Yemen is on the brink of total collapse and an “apocalypse,” aid agency Oxfam said in a report Wednesday marking 1,000 days since Saudi Arabia and its regional allies began a military campaign against the poorest country in the Middle East.
“For 1,000 days, huge amounts of sophisticated modern weapons have pounded Yemen, and on top of that we are now witnessing a Medieval siege where mass starvation is being used as a weapon of war,” Mark Goldring, Oxfam Chief Executive, said in a press release Wednesday.
“Cutting off vital food, fuel and medicine to a population is never justified and should never be tolerated. It is a tactic that is devoid of any sense of decency, any sense of morality and any sense of humanity.”
Nearly 5,300 civilians have been killed while three million have been forced to flee their homes over the past 1,000 days, according to Oxfam. The Saudi-led coalition has been fighting Yemen's Houthi movement since March 2015. It wants to restore its ally president, Abed Rabbo Mansour Hadi, who was driven into exile by the Houthis in late 2014.
However, almost three years later the campaign has done very little to achieve its goals as Houthis continue to keep their control over the capital Sanaa and as international pressure is mounting against the Saudi intervention due to worsening humanitarian crisis.
Yemen has also been under a complete blockade since November which has meant that the country has no access to “fuel, essential for moving food and other vital goods around the country, Oxfam said. “The Ras Isa oil terminal, on Yemen’s west coast, has been closed since March 2017 following instructions from the Saudi-led coalition,” the organization added.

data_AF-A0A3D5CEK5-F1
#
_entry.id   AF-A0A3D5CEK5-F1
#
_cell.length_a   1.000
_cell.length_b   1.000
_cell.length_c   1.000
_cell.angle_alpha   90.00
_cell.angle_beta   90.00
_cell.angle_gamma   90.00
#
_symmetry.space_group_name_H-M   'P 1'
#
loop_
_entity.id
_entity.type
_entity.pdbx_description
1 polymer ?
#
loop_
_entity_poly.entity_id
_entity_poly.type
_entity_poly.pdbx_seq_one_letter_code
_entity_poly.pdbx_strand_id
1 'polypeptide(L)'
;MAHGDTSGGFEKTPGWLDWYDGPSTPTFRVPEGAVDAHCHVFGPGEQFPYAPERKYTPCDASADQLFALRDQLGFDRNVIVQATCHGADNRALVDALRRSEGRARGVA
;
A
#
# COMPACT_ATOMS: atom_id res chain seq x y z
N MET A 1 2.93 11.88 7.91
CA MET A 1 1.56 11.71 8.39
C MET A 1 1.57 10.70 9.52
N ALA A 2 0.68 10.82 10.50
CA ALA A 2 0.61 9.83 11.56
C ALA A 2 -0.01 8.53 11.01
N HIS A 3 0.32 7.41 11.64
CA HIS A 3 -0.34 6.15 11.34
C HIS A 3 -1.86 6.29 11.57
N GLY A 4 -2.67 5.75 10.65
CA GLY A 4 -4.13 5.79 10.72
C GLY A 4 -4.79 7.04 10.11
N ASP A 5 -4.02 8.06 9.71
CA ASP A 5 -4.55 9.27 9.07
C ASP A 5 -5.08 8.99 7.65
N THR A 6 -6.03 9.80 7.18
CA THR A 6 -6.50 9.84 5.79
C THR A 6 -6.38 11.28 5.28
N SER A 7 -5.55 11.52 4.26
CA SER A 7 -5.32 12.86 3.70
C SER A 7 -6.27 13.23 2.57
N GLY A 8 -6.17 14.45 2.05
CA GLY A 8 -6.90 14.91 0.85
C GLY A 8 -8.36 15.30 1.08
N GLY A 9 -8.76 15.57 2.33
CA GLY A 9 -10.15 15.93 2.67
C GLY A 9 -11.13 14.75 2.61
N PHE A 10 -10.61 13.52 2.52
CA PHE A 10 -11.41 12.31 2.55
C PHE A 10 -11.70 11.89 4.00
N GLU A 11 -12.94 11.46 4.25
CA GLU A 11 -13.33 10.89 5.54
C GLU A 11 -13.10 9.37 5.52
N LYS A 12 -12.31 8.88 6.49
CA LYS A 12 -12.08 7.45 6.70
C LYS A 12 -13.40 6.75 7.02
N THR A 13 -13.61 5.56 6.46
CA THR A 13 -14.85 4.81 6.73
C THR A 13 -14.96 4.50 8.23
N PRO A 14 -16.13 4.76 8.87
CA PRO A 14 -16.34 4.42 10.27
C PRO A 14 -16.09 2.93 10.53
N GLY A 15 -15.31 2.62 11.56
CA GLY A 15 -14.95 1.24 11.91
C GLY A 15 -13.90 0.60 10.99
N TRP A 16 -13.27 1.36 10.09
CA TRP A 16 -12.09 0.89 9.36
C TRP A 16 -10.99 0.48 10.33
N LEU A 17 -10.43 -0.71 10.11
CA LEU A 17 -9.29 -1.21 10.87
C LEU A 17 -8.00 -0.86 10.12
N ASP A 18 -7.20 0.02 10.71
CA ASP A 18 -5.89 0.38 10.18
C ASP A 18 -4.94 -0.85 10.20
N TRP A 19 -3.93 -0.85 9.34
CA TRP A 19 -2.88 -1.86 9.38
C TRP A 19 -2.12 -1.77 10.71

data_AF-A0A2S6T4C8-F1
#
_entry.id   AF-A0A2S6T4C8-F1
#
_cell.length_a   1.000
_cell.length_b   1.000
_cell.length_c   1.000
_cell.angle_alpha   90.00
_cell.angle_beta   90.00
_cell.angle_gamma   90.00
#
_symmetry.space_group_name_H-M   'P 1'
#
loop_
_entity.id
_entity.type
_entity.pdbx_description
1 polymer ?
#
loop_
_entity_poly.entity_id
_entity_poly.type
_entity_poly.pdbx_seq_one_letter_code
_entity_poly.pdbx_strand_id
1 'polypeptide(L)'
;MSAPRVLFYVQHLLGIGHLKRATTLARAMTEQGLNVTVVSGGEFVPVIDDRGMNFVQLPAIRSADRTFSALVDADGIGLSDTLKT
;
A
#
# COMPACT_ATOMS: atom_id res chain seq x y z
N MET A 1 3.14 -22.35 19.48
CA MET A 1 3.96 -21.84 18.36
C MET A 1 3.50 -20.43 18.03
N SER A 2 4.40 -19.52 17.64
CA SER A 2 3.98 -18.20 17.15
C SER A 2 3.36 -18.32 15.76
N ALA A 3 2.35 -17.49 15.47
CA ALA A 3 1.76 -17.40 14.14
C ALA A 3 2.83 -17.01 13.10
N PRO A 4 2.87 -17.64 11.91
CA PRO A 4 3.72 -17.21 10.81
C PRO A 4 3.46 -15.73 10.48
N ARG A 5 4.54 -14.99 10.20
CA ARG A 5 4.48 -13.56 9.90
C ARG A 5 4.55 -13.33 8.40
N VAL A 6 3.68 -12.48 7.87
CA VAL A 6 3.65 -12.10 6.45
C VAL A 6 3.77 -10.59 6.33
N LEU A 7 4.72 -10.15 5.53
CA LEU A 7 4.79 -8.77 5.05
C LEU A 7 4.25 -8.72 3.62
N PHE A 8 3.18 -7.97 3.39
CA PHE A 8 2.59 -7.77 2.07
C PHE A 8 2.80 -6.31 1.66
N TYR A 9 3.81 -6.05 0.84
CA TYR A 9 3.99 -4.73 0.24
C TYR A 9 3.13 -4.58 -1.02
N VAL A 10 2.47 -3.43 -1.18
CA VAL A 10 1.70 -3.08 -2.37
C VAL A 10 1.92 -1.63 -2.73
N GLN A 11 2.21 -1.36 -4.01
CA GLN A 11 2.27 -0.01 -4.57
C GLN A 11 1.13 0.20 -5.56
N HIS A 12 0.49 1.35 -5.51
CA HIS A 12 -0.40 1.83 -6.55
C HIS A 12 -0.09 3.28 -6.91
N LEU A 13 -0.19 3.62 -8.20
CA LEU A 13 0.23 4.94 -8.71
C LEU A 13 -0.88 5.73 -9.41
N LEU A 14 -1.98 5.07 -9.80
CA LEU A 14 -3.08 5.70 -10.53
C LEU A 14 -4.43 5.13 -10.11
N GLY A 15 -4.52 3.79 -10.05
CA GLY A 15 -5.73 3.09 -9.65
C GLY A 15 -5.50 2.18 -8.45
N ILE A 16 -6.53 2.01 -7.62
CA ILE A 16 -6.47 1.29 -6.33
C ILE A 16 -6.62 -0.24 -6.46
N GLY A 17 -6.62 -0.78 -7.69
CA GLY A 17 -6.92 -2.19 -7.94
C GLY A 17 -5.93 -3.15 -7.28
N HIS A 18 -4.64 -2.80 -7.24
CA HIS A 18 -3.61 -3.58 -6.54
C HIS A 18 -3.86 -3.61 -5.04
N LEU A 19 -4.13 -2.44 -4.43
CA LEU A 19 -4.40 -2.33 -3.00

The British group added that one million people are suspected to have contracted cholera, a disease caused by contaminated water, in the world's worst outbreak ever recorded.
“Western governments will be complicit of the world’s worst humanitarian crisis if they do not act now, as 1,000 days of war continue to push the country towards an apocalyptic situation,” the charity organization warned.
Meanwhile the United Nations said deaths have intensified during the second week of December following the death of former Yemeni President Ali Abdullah Saleh, who was a Houthi ally before siding with the Saudi campaign against the rebels.
Between 6 and 16 Dec. the U.N. human rights office recorded 136 dead civilians and another 87 injured in Saudi strikes in Sanaa, Saada, Al Hudayda, Marib, and Taiz. U.N. rights chief Zeid Raad al-Hussein said "the total impunity that seems to exist in attacks from all sides" despite the "majority of casualties still coming from the [Saudi] coalition airstrikes."